GermanyWhen the national legislation that authorized MSP in federal waters went into effect, the BfN developed a plan to identify areas of special importance for nature conservation. For the identification, designation and nomination of the Natura 2000 sites in the German EEZ, German marine research institutions carried out comprehensive research projects from within the framework of a special research programme supported by the BfN and the BMU. The main focus of the research was on the collection of data regarding the distribution and the population sizes of protected species.

Furthermore, the location and demarcation of the habitat types, e.g., “sandbanks” and “reefs”, with their typical sediment structures and biological communities, were important for the assessment of the ecological significance of individual marine areas. These areas were eventually incorporated into the federal plans for the North Sea and Baltic Sea. As of 2009, about 45% of Germany’s marine waters have been designated as Natura 2000 sites.

Germany uses three types of zones for the implementation of its spatial plans. These include “priority areas” where one use (for example, shipping, pipelines, etc.) is granted priority over all other spatially significant uses; “reservation areas” where one use is given special consideration in a comparative evaluation with other spatially significant planning tasks, measures and projects; and “marine protected areas” where measures are applicable for the reduction of impacts (e.g., through pollution) on the marine environment.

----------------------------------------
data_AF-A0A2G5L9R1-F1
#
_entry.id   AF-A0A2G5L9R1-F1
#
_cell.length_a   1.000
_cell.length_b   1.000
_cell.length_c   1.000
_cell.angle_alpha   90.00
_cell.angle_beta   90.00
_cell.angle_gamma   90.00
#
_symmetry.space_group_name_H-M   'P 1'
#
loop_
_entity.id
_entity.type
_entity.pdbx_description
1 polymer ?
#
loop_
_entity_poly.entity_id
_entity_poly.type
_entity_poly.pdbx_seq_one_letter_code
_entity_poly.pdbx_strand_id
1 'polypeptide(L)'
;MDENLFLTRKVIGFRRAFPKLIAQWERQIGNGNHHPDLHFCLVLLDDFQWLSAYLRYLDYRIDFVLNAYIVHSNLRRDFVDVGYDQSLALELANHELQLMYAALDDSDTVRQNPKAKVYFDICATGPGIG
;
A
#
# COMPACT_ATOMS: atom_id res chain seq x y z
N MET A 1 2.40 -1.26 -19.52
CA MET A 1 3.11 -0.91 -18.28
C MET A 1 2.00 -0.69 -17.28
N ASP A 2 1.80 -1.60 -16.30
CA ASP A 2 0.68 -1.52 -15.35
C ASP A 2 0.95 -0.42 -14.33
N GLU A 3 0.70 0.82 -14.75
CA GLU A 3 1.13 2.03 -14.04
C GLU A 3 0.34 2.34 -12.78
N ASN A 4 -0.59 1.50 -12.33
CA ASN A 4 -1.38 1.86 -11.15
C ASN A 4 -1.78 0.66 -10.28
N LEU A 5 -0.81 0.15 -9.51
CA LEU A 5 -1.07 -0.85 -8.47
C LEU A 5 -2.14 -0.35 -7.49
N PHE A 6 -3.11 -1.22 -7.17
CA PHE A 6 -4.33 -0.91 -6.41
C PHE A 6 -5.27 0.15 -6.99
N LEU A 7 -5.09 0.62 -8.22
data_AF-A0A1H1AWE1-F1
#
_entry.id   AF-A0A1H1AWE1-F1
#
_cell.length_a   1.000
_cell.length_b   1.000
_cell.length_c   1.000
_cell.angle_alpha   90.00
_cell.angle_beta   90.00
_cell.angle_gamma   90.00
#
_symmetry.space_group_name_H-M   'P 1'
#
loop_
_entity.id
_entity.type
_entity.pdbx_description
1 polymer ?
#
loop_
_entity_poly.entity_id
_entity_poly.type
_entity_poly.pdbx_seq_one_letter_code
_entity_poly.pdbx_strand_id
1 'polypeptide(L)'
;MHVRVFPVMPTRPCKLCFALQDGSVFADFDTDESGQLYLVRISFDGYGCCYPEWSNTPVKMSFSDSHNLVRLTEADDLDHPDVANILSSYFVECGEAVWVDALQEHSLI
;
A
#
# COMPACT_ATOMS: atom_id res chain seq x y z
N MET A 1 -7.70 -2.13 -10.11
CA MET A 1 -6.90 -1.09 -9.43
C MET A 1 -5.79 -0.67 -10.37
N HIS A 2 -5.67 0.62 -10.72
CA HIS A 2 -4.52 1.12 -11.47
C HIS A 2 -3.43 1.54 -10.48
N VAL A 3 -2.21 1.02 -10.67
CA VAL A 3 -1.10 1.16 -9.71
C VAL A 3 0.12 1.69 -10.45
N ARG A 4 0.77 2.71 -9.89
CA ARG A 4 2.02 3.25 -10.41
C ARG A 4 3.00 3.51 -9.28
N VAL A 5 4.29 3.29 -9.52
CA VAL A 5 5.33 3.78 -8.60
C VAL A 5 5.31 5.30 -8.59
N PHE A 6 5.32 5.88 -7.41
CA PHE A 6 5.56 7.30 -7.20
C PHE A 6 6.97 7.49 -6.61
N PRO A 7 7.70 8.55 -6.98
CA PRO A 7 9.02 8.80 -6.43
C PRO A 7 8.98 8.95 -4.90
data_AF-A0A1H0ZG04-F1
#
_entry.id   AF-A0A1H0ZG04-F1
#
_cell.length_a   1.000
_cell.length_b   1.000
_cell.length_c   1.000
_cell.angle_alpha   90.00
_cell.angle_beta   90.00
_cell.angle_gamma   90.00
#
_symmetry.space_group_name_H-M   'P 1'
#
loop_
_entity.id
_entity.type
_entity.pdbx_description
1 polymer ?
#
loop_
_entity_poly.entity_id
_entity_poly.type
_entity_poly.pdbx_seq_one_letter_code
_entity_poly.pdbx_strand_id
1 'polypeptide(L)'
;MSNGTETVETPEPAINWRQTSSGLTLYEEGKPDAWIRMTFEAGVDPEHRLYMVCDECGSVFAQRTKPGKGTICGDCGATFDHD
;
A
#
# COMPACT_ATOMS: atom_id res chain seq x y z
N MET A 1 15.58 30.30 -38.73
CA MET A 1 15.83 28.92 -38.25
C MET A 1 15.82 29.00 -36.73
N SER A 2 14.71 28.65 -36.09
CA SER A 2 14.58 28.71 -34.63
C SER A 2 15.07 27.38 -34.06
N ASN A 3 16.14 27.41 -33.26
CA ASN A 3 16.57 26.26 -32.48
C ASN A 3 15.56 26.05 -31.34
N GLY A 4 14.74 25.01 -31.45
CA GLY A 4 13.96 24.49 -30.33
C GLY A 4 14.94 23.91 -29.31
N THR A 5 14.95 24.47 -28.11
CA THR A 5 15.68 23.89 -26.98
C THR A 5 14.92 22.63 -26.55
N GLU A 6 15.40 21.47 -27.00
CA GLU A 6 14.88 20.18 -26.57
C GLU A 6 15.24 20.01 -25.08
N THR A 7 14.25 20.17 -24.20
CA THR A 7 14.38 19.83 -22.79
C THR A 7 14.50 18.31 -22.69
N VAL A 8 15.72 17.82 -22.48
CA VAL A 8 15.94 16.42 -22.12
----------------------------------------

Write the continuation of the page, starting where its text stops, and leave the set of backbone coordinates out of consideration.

Existing national and international monitoring programs in the North Sea will be used to monitor the significant impacts of implementation of the maritime spatial plan.

KEY ELEMENTS

Authority:Federal Spatial Planning Act of 1997 and 2004 amendments establishing spatial plans for the EEZ (Raumordnungsgesetz or ROG)
Lead Planning Agency:German Federal Maritime and Hydrographic Agency (BSH) or Bundesamt für Seeschifffahrt und Hydrographie (BSH)
Financing:No funding exists to implement the plan
Size of Planning Area:Total area is 33,100 km2 (about 28,600 km2 in the North Sea and about 4,500 km2 in the Baltic Sea); federal planning begins at 12 nm boundary of territorial sea
Time required to complete the plans:More than 4 years
Drivers of MSP:New and emerging uses of the marine area, e.g., wind energy, aquaculture; Climate Protection Policy
Stakeholder participation:Mostly consultations with other federal agencies and public review of plan documents
Sectors included in planning:Marine Transport; Offshore Renewable Energy;
Offshore Oil & Gas; Mineral Mining/Aggregate Extraction; Military;
Marine Conservation; Research
Relation to coastal management:No coastal management program to connect to
Relation to marine protected area management:MPAs planned under a separate process
Plan approval:The federal plan for the North Sea went into effect in September 2009; the federal plan for the Baltic Sea in December 2009
Legal Status of Plan:Regulatory and enforceable
Plan revision:Review/revision more than every 5 years
Performance monitoring and evaluation:Plan has not been revised yet

LINKS

Spatial Planning in the German EEZ
References